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The Government have no difficulty in supporting the main sentiment behind this amendment. We are members of the European Union. If we are members of organisations such as the massive and amazing European Union, it would be absurd to do anything short of making the very creative best we could of that. Therefore, the noble Lord, Lord Radice, makes an important point about the need for the Government to be a more vocal and effective advocate of the European Union of which we are members, given the way that the world is shaping. This applies also to other great bodies in the world of which we are members. I am sure he will join me in saying that we need to do better than the efforts of previous Administrations in our approach to this vital task. Indeed, the noble Lord said as much. We should do so by explaining more clearly how good and positive EU membership is part of our overall adjustment to a totally changed world landscape in which major markets are growing up outside Europe and in which Europe and the European Union, including this nation, are going to have to compete with increasing vigour. We need to ensure that the European Union is understood to be, and is seen as, a force for good. We want people to understand that the European Union, and our membership of it, has been, and can be, a force for good. We need to improve the effectiveness-this is slightly off the brief-of the EU's own voice. Many of us feel that sometimes in recent years that voice has not been quite so effective and focused as it should have been. We seek to present positively to the British people the benefits of these activities and our membership of the Union. The coalition is doing that. Indeed, all Governments should do so as a matter of course into the future.
I argue that the spirit of reconnection behind this Bill-this is widening the debate somewhat-is part of the whole programme of bringing back the cause of the European Union to some degree of consensual popularity. The more we deny the dramatic fall-off in support for the European Union as a popular cause that is going on not only here but throughout Europe, the more difficulty we will have in reviving and promoting the right kind of Europe in the future. This Government's approach will carry more weight with the British people if it is not just Government but Parliament making the case. If this case is made because of our convictions rather than having to do so because legislation
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Therefore, my short answer to the noble Lord's well intentioned endeavour to raise this issue is that I understand the sentiments behind the amendment but we do not need a statutory requirement in a Bill to make the point he is trying to make. For those reasons, I ask him, in, I hope, a good spirit, not to press the amendment.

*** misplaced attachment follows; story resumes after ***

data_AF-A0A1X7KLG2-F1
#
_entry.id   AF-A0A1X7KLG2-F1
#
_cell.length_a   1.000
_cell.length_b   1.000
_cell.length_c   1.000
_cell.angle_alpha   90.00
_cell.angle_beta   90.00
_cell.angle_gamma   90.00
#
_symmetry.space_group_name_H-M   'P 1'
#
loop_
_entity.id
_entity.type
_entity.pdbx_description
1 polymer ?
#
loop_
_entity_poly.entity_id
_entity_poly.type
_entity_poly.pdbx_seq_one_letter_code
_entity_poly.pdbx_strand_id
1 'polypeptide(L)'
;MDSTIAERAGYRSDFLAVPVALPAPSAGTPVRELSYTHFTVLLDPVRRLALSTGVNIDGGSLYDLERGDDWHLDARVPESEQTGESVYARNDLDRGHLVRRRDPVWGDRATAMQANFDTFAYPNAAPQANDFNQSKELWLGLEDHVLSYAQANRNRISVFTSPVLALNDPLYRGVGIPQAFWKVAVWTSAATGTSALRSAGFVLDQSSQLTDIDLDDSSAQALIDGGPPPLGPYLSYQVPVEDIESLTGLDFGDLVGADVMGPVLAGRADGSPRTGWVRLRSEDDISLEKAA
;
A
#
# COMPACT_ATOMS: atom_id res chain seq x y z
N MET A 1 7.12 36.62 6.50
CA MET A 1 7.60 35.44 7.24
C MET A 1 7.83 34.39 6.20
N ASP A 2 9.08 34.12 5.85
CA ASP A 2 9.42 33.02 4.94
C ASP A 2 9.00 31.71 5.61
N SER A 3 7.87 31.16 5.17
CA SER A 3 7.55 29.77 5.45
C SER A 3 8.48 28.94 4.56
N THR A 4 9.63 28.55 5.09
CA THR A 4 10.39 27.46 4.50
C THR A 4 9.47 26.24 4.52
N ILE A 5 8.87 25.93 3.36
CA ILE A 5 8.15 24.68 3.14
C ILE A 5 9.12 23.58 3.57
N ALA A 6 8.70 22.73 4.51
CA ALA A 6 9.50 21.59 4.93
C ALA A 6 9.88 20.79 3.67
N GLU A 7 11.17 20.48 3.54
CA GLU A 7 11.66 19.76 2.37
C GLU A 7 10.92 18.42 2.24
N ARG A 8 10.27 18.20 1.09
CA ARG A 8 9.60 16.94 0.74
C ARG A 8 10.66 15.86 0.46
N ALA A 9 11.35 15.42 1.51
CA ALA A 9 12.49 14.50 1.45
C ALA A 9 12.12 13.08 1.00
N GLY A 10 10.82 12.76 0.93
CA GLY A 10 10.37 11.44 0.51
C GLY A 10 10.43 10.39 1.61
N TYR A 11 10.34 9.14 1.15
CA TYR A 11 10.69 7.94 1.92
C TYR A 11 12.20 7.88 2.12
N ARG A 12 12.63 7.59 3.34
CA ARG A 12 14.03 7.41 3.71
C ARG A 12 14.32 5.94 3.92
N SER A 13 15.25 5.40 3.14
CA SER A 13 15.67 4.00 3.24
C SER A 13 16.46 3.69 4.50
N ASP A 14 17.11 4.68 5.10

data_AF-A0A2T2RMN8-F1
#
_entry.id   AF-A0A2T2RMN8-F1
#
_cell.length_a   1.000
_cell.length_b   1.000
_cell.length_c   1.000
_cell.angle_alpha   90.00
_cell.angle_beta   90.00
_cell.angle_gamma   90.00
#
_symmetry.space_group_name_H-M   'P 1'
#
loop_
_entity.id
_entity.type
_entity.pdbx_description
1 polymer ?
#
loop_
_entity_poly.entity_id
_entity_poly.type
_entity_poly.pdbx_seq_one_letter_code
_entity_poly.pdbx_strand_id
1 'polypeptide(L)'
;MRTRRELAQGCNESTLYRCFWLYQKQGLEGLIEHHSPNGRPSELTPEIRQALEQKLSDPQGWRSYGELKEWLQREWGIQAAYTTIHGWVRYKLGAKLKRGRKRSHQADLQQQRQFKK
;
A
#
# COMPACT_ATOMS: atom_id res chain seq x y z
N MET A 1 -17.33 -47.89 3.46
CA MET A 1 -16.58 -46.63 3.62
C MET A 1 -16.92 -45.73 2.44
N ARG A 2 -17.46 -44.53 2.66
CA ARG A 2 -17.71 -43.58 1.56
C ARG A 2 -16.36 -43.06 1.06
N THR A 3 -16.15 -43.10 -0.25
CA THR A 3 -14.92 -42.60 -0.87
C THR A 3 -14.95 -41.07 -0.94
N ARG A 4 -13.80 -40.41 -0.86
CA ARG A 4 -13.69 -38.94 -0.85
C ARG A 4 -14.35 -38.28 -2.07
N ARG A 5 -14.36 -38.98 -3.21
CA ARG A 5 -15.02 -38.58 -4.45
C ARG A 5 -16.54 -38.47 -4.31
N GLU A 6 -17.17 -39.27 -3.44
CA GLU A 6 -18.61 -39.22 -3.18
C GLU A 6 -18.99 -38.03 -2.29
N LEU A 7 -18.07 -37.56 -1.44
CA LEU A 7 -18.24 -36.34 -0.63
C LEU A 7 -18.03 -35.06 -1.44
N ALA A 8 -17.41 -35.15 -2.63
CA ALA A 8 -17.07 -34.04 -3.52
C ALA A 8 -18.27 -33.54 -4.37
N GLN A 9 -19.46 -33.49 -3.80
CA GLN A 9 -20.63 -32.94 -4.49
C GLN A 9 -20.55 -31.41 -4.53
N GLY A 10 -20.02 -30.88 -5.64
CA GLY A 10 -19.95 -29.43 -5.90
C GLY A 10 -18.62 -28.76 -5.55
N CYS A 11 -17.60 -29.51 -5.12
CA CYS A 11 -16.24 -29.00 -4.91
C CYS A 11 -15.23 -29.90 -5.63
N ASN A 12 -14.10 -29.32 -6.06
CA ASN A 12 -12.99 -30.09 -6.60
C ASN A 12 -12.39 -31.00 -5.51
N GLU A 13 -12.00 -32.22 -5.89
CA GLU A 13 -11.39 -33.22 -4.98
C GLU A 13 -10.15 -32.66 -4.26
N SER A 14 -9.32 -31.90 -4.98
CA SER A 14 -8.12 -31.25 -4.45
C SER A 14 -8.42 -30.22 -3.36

Lord Davies of Stamford: I put it to the Minister that this Bill will be seen by our partners on the continent of Europe and in Ireland as an example of terrible British negativity about the European Union. That is quite the wrong spirit in which to negotiate with friends and partners to defend the national interest and to achieve successful outcomes from difficult and complex negotiations. What do the Government propose to do to try to persuade our European partners that, despite the evidence of this Bill, the British Government are positively committed to making a great success of our membership of the EU, and to continuing to build up and strengthen the institutions of the Union?
Lord Howell of Guildford: I welcome the noble Lord back to our debate although I am not sure that I welcome the spirit of his contribution. He has certainly made a very lively contribution to previous debates and we missed him earlier this evening. However, his premise is wrong. We have clear indications that there are no difficulties. Jean-Claude Piris, the former head of the Council's legal service in Brussels, has commented that he sees no difficulties with Clause 18, and that he also has no difficulties with the thrust of the Bill. We have checked with people around the European Union and we are not getting the picture that the noble Lord talks about. Of course, it depends who you talk to. If you find people who support your views, that will reinforce your argument as you can then say, "These people support my views". However, I assure the noble Lord that throughout Europe there is a real desire on the part of different countries, with their different models and different ways, to seek to enhance the transparency, accountability and public support for the European Union, and to do it in ways not
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All around Europe there is a strong sentiment in that direction. It is a pro-European sentiment and I do not think that it does at all what the noble Lord says. On the contrary, this spirit shows that we are trying to make the architecture-I hope an enduring architecture; and we will debate that later-for a more democratically based Europe that is soundly build on a popular consensus, instead of one that is regarded with hostility and suspicion.